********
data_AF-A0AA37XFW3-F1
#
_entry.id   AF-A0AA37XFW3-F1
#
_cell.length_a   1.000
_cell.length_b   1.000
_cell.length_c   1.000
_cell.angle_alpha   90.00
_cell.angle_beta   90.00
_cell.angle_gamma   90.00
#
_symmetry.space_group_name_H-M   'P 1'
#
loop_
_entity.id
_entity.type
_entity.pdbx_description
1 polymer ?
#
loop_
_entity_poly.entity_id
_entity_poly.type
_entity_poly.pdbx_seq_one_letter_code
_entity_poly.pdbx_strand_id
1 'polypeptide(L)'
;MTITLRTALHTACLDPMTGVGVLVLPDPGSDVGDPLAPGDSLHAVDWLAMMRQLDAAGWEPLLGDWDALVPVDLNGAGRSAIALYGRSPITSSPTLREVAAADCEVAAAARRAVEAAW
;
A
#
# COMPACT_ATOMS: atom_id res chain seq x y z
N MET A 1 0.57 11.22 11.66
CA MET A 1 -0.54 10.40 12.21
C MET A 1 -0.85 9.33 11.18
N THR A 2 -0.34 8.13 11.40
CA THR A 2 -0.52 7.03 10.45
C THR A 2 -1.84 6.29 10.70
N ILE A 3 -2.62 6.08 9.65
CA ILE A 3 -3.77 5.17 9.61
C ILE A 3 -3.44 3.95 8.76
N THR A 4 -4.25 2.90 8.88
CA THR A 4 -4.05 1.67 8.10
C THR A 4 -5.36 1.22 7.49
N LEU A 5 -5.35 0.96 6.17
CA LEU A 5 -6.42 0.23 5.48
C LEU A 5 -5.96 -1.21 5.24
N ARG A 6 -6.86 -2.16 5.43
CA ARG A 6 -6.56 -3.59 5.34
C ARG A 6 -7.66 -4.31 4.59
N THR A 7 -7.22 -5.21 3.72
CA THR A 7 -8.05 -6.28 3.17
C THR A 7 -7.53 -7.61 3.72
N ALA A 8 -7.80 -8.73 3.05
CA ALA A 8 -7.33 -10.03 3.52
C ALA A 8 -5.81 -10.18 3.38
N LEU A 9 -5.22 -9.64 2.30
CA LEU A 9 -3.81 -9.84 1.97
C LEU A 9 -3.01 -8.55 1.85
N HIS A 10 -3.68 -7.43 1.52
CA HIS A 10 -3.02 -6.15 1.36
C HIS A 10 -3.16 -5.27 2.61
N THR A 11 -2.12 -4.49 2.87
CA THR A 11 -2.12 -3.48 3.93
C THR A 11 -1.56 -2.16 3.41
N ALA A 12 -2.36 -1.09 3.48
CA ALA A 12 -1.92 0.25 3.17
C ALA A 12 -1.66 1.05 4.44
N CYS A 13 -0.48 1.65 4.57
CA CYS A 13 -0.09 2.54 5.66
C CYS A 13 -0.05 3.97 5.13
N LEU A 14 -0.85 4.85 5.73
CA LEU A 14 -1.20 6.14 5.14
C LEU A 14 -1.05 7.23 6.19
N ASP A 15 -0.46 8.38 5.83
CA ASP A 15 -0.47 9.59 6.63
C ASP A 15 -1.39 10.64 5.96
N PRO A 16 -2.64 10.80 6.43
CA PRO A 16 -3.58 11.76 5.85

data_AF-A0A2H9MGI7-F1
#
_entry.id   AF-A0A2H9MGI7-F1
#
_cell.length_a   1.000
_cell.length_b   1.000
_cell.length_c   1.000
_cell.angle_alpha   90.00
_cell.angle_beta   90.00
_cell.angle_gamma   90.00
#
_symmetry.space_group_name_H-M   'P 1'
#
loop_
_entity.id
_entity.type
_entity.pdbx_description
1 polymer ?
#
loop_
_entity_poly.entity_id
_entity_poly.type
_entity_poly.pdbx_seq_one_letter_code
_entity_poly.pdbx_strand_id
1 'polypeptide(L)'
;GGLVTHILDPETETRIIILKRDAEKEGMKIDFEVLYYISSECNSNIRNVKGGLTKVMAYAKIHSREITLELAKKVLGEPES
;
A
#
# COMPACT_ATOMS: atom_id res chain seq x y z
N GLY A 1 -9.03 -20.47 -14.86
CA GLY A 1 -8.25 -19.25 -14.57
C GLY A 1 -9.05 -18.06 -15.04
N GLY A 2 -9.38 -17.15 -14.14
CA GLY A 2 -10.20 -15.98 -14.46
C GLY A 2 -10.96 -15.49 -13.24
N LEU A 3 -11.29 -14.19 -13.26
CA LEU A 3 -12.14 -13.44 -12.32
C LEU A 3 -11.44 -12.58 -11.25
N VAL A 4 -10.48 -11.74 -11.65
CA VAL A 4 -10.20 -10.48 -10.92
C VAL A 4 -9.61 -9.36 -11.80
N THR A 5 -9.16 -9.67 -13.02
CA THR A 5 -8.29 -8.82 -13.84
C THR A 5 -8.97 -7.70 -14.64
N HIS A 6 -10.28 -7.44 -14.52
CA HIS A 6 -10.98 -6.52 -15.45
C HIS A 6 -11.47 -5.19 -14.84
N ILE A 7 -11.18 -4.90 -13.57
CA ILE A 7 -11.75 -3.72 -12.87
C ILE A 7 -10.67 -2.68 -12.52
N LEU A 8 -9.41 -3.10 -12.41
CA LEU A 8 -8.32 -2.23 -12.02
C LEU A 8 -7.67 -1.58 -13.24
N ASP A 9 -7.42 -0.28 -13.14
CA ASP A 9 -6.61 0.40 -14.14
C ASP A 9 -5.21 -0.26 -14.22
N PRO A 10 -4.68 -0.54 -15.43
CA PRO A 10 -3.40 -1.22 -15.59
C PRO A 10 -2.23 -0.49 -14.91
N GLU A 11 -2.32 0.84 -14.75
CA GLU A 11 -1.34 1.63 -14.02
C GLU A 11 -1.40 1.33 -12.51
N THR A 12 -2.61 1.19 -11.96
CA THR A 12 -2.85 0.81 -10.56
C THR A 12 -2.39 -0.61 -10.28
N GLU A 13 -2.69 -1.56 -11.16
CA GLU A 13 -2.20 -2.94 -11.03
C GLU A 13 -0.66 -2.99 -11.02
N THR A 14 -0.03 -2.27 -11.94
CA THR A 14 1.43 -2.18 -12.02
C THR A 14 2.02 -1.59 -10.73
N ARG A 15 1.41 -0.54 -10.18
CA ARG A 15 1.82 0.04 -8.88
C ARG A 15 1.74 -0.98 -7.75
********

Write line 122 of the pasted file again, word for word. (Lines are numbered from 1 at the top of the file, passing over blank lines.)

C THR A 5 -8.97 -7.70 -14.64